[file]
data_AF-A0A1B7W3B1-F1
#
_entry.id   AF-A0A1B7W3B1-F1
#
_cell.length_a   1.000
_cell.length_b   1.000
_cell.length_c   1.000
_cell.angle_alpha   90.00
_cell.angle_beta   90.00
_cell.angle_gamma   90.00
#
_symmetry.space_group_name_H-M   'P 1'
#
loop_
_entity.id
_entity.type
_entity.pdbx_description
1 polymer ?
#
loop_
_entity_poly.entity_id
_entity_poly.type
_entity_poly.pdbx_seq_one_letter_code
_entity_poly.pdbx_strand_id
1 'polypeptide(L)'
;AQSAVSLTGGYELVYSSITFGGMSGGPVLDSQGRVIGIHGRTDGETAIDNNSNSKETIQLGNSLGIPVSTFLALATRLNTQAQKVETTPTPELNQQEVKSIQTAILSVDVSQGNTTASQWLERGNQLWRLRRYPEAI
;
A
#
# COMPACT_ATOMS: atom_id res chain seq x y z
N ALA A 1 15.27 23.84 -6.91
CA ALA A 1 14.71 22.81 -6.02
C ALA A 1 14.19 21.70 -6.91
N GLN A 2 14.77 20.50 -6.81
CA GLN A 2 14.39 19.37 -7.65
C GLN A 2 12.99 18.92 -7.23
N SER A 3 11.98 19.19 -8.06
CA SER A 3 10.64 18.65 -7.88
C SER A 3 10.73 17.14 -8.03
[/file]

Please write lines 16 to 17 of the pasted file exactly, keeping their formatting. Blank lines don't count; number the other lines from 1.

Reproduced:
_entity.type
_entity.pdbx_description